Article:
Friday, May 9, 2014

"Ze Titanic Zinks!"


The first real film made about the Titanic was the German film "Titanic". Made solely as Nazi propaganda, the film features German first officer Hans Peterson, who warns the greedy British passengers and crew that the ship is going too fast, and as a result they hit an iceberg and sink. Sink there are 3000 passengers onboard, and only enough lifeboats to hold a few hundred, many people die in the sinking. At the end of the film, the British inquiries are held. J. Bruce Ismay walks free, and all the blame is put solely on Captain Smith, who perished in the sinking. 

The Dining Room, before and during the sinking.

Among the passengers traveling onboard, are White Star Line President J. Bruce Ismay and his wife, Gloria, who like all the other first-class passengers onboard are portrayed as sleazy and callous. Ismay plans are increasing the value of his and the White Star Line board-members' stock by having the Titanic win the Blue Ribbon. He cares only for himself and his money. 

J. Bruce and Gloria Ismay. 

Also onboard, are John Jacob Astor and his wife, Lady Astor. Astor is the richest man onboard, and he plans on buying out the Titanic from the White Star Line by purchasing %52 of their stock. Lady Astor, on the other hand, is tired of her husband looking at her as just another one of his assets, and frequently resorts to abusing her maid, Jenny, and her husband's secretary, Hopkins. 

John J. and Lady Astor. 

Then there is the Duchess of Canterville, who is depicted as being at least sensible, if somewhat oblivious, and Lord Archibald Douglas, who is $2 million in debt. The Duchess has never been on a ship before, because she can't swim, and only came onboard the Titanic because it is un-sinkable. Lord Douglas came aboard to find some way out of debt, and to try and steal Lady Astor's jewels, though someone else beat him to it.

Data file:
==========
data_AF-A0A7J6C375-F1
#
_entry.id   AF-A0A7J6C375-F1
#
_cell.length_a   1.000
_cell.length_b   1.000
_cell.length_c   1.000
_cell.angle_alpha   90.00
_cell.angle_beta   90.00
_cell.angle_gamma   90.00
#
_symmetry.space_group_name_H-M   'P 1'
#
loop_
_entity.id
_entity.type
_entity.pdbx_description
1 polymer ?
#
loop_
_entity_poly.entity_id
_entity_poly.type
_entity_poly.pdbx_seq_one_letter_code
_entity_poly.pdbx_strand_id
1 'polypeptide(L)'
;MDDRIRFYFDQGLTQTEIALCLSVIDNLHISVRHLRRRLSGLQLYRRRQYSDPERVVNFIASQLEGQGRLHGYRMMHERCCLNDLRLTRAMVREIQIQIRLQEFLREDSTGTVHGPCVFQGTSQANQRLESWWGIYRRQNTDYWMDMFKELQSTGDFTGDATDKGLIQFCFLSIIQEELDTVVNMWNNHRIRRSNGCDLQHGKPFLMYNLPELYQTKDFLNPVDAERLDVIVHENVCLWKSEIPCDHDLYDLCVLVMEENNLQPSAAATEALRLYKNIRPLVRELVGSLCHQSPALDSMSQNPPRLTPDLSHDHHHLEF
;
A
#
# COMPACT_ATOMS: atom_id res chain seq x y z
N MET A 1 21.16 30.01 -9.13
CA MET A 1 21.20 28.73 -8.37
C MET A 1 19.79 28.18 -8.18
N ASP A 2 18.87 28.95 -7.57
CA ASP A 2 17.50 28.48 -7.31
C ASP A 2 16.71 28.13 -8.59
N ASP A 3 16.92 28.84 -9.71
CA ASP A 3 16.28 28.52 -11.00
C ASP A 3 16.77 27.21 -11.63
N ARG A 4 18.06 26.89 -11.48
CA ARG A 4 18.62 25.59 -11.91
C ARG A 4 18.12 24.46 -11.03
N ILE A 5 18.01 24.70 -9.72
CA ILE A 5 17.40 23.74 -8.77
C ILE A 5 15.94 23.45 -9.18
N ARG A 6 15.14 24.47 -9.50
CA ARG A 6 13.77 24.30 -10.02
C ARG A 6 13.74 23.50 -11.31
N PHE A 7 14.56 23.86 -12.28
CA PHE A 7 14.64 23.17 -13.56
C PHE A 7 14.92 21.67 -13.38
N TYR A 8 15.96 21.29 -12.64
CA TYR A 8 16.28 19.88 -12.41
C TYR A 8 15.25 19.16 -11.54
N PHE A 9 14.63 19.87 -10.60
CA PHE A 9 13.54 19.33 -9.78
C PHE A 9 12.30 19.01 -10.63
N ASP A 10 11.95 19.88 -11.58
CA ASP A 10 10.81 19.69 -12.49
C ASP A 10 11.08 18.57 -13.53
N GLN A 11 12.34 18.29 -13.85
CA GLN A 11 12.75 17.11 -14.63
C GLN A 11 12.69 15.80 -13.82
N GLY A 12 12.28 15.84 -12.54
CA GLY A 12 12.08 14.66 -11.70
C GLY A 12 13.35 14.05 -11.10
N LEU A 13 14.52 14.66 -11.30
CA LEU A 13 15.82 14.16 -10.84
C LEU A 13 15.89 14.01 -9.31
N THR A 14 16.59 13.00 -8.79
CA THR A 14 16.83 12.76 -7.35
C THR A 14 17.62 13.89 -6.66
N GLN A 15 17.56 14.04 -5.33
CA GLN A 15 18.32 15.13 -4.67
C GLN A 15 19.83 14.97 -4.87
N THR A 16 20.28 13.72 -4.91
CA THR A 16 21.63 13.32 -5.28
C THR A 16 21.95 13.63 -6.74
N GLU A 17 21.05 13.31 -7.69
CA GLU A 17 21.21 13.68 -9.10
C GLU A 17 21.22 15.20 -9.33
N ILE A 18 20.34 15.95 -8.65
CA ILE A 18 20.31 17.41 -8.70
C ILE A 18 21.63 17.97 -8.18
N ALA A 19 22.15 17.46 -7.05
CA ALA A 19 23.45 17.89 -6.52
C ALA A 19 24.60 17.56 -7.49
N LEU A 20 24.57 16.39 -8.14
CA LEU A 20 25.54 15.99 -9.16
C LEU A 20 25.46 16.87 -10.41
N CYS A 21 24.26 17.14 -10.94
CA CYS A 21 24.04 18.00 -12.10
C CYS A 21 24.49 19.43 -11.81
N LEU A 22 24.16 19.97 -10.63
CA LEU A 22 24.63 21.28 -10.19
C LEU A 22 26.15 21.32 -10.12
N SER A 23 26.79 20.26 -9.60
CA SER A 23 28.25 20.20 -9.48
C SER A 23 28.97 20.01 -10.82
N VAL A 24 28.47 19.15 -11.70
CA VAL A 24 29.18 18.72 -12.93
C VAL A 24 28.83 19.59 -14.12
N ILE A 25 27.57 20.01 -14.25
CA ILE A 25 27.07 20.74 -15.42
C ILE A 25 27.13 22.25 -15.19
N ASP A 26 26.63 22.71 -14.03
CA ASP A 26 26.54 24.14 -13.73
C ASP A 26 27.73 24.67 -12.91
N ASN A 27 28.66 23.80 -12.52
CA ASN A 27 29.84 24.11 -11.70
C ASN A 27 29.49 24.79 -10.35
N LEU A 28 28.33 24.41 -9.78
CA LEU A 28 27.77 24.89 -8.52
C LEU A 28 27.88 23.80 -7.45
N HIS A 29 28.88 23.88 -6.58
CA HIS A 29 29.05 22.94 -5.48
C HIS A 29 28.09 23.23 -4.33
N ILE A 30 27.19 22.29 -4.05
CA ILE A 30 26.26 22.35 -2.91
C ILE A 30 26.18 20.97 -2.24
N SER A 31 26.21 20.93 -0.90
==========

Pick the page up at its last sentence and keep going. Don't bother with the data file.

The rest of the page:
The Duchess of Canterville and Lord Douglas. 

The only non-corrupt first-class passenger onboard is Sigrid Olinsky, a recently impoverished Russian aristocrat, whom everyone thinks is extremely rich. She is Hans's lover, and the only passenger onboard to actually care about her servants. Ismay initially tries to charm her into helping bail out the White Star Line, though he eventually gives up due to his wife's anger. Hans then tries to get her to convince Ismay to slow the ship down. 

Sigrid Olinsky. 

Following the first-class passengers, are an interesting group of third-class passengers, who are, despite being rather idiotic at times, portrayed as still being better than the evil British first-class. Included are a rather dedicated couple, who look as if they belong in second-class rather than third. 

Hans Peterson is right, and the ship hits an iceberg. Chaos thus ensues, and everyone begins to run around and scream. People are seen running about the get to the lifeboats, many wearing the flimsy life vests provided for by the cheap British. Out of the whole boatload of characters, only four survive. Ismay, upon hearing the news, demands a lifeboat be secured for him. After many attempts at finding rescue, Hans announces he will save him, so that he may appear in court afterwards and face justice. It is presumed Gloria survived, as she is the first person in a lifeboat, dressed in a jaguar fur coat and clutching jewelry. Later, her over-crowded lifeboat is seen being rocked back and forth by people in the water trying to climb in, and she is eventually dumped into the water.